By Latin mass you mean Novus Ordo mass in Latin (the Ordinary Form) or Traditional Latin Mass/Tridentine Mass (Extraordinary Form)?
If it’s the first then the mass is basically the same, only that it’s in Latin. Of course on average these masses tend to be more traditional but otherwise it’s still NO.
You however probably mean the Extraordinary Form. If you want to prepare yourself and avoind any cultural shock, you can watch the beautiful Extraordinary Mass FSSP celebrated on EWTN in celebration of the recent Summorum Pontificum. You can find it HERE (requires RealTime Player). Also check out this booklet. You can follow it while watching the mass so you know what is being said and done (with english translations :)). Also this might be helpful.
Basically Novus Ordo (NO) is the way masses are normally celebrated after the Second Vatican Council. Before that all masses were all in Latin and…well, you will be able to see the differences if you watch the video. The older rite is often referred to as Traditional Latin Mass or Tridentine Mass. In the recent Motu Propio the Holy Father called the new mass Ordinary and the old traditional one Extraordinary.
Hopefully they will have a Latin/English missal to help you follow along. Where I attend, they have one that also shows the actions of the priest, and that makes it easier yet. If it’s a TLM, you might not be able to hear much because the priest will be facing the altar, and the one I attend doesn’t use microphones. Just do what everyone else does as far as kneeling and standing, etc. You might want to wear a head covering if you are a woman. Be prepared for more kneeling than you are used to – if you are older and/or have bad knees, it helps to take an Advil first! Hope this helps!
You will undoubtedly find it difficult to follow along without getting lost. Playing “catch up” once you notice something you recognize is a part of becoming acquainted with the Mass. On the way into the Church, look for a bookshelf or an usher handing out little red missalettes. These will contain the Ordinary parts of the Mass. These are the parts that are the same from day to day and include everything except the Propers: that is, the Epistle, the Gospel and a few other prayers specific to the day. The Epistle and Gospels will be read in English after the Latin, so you will still hear them.
If you’d like to be able to follow every single item (which I recommend), you can find yourself a daily missal (1962 or earlier). If you plan on attending the traditional Mass frequently, it might be a good idea at some point.
Also, many women at the traditional Latin Mass choose to respect the old custom of covering their heads with a hat or mantilla while in church. Nobody would require you to, but you will notice that most women choose to.
Please report back here after your first Latin Mass and share your experience.
I recently-- two Sundays ago-- attended my first extraordinary rite mass.
It was a very pleasant experience, and I’m going to try to go weekly.
My experience was this-- it’s pretty much impossible to follow along perfectly the first time. Don’t worry. Be attentive and be prayerful. Throw yourself into the wonderful sense of silence which the extraordinary rite, in my opinion, is so good at doing. If you miss prayers, it’s no big deal. It’s a mass, and it’s objectively fruitful regardless of what you do. As long as you are being attentive and not day-dreaming, you’re fine.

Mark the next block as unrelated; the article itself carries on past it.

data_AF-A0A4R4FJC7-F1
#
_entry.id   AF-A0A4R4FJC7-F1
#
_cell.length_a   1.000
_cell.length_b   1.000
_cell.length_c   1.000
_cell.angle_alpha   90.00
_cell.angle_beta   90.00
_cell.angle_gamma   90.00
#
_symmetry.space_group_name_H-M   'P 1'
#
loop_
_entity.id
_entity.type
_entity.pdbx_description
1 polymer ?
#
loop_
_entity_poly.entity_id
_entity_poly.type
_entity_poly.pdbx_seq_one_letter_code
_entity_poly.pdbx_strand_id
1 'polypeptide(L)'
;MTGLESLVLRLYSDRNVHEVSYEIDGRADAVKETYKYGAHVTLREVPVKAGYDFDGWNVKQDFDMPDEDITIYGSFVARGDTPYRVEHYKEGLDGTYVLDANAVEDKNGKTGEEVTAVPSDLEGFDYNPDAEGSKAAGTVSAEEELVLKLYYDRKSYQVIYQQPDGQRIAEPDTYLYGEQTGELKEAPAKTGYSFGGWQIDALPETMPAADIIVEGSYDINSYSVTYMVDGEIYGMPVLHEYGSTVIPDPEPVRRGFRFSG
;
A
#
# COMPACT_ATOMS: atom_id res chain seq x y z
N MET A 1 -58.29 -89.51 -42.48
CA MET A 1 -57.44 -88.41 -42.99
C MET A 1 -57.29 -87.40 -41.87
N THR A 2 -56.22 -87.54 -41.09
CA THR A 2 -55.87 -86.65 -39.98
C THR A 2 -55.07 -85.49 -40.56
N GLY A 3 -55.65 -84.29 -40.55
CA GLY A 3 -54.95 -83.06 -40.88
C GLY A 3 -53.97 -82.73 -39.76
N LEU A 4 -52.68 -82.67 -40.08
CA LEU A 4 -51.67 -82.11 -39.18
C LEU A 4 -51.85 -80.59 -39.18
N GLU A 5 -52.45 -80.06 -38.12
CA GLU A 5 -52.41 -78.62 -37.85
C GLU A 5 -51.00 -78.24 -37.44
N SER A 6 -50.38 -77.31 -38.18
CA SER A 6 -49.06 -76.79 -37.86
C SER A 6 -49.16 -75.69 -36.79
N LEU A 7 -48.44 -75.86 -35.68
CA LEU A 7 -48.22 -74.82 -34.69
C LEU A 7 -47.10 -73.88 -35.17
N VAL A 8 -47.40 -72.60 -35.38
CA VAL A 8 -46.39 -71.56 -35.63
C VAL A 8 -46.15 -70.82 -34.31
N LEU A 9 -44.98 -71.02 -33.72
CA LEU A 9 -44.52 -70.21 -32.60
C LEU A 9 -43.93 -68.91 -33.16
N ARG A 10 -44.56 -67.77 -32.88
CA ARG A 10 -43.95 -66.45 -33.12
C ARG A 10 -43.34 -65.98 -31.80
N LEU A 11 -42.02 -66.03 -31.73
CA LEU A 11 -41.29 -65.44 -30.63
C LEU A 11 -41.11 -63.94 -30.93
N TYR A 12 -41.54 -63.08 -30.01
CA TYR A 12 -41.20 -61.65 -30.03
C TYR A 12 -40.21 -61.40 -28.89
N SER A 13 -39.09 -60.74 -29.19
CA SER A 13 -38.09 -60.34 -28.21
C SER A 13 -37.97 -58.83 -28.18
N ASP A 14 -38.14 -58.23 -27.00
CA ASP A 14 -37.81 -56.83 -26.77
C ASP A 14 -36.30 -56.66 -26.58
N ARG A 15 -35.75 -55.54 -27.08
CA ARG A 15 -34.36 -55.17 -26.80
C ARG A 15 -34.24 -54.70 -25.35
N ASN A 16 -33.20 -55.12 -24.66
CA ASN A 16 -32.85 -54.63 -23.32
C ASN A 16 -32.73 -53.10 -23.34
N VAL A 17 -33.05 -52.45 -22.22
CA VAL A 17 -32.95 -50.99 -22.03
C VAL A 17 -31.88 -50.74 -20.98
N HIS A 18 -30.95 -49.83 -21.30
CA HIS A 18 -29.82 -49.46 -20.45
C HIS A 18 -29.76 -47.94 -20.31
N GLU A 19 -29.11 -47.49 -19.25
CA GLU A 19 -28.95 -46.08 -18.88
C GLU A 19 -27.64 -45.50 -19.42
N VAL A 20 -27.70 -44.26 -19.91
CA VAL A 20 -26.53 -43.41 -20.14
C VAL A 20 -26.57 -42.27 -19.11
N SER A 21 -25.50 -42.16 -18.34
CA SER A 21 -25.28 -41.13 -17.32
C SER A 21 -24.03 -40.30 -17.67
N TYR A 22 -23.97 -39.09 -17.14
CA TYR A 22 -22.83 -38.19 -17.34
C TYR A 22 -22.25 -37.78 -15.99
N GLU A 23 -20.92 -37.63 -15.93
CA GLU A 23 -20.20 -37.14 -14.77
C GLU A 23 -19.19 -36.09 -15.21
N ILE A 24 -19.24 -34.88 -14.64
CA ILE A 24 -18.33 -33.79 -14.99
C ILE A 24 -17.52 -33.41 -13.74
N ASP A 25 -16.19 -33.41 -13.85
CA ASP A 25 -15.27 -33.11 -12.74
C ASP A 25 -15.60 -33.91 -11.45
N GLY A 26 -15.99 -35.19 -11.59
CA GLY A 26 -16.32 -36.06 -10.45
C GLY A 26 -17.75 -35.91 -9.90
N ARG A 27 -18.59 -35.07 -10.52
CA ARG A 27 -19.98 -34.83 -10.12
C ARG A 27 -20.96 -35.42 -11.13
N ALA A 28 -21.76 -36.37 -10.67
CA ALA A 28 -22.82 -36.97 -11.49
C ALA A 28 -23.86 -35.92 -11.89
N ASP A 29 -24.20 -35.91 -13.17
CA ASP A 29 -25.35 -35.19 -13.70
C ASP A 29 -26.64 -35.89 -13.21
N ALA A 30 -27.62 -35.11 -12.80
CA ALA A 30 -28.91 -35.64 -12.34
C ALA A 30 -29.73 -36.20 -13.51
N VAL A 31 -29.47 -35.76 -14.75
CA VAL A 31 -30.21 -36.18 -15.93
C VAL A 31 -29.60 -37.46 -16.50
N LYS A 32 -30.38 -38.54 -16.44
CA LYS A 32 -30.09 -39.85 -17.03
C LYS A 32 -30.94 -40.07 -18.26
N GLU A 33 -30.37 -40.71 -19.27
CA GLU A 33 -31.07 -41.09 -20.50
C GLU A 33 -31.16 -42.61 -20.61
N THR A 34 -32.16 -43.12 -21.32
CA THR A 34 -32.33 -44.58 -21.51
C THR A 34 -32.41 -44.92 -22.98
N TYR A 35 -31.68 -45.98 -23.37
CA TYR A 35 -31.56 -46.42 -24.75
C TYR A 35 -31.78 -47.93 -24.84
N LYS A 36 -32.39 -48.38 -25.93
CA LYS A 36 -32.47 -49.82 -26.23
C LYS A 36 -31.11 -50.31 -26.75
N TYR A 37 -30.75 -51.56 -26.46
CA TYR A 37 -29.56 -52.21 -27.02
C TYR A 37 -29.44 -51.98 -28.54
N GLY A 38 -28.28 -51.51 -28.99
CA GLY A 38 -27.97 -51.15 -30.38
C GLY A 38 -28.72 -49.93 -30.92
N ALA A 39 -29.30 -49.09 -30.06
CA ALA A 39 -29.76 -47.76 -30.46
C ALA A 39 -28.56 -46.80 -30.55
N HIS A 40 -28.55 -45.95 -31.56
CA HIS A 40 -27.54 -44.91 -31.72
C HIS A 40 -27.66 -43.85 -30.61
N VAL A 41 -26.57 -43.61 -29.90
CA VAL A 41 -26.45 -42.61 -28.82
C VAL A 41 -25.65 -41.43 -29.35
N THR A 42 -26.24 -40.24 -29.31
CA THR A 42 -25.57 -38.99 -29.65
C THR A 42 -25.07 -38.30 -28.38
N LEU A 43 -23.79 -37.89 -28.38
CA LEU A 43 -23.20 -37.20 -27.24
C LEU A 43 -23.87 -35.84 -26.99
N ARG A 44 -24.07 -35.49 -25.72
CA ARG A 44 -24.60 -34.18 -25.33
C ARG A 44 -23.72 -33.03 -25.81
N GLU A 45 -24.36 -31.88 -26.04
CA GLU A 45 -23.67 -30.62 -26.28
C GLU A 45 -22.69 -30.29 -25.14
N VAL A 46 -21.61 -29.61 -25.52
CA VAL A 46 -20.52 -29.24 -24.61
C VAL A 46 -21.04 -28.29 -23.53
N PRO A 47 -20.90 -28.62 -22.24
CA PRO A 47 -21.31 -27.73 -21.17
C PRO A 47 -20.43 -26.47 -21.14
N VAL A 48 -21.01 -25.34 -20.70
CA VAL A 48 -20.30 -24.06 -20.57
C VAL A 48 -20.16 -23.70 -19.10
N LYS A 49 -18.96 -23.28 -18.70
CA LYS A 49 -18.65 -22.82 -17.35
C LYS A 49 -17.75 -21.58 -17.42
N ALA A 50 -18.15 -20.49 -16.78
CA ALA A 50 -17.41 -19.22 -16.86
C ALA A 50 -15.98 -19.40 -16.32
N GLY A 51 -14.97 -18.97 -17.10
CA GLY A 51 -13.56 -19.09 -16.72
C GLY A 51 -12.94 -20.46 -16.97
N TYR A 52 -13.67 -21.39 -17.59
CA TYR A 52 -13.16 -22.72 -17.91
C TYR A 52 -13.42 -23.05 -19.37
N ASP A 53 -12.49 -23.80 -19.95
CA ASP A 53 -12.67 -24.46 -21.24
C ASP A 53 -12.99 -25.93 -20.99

You’ll learn that some things are different. The priest has many more silent prayers than in the ordinary rite. This will throw you off. It’s possible that you’ll miss the entire consecration, until he elevates the host or bells start ringing. I did. Incidentally, that’s why those things exist-- to clue you in to it.
The best way to gauge what the priest is doing-- since you won’t hear him most of the time, is by his actions. For instance, the prayers have specific actions which the priest will do-- combinations of varying types of bows, genuflections, signs of the cross and hand movements. This is totally impracticable to learn at first, or even at second. But missals tend to show these along with the prayers.
So, again, I recommend this-- relax (in other words don’t fret or be anxious), attempt to follow along, but don’t kill yourself when you get lost. If you do get lost, maybe find a vocal prayer or motion which you can latch on to, which should be coming up, and be prayerful in the interim.
Of course, it will probably prepare you to peruse the order of the mass once or twice before going so that you can identify prayers (when you hear the latin words), and other things like that. But the best method of learning is doing it. God bless, and best of luck.
hey thanks everyone for your suggestions… i was thinking about wearing a mantilla…but at this time feel uncomfortable doing so right now… i dont know exactly which type of mass i will be attending so i will ask my pastor first.
hmmm… what else?
i will give an update once I attend the mass… sort of excited… trying to recruit a friend to go with me…
just to let you know… i’m not planning to go tomorrow to the mass… i still have to find out where to go and what time, etc… all of which i will ask my pastor at OLOP here in Santa Clara, Ca tomorrow…
If anything else comes to mind… don’t hesitate to post…
You will find that a good portion of the Mass is silent…such as the Canon. The Consecration is in silence and if you start to get a little lost…the priest says in a somewhat elevated tone**.Nobis quoque peccatóribus:** and that will help you find out where you are. It might take awhile, i was in your shoes last spring and have been going pretty much daily since then and it comes to you. Maybe studying or looking over a red missallette might help.
As for the mantilla…if you feel unconfortable there are ladies where i go that do not wear them for whatever reason. Just go…be at peace and enjoy the beauty and magnificence.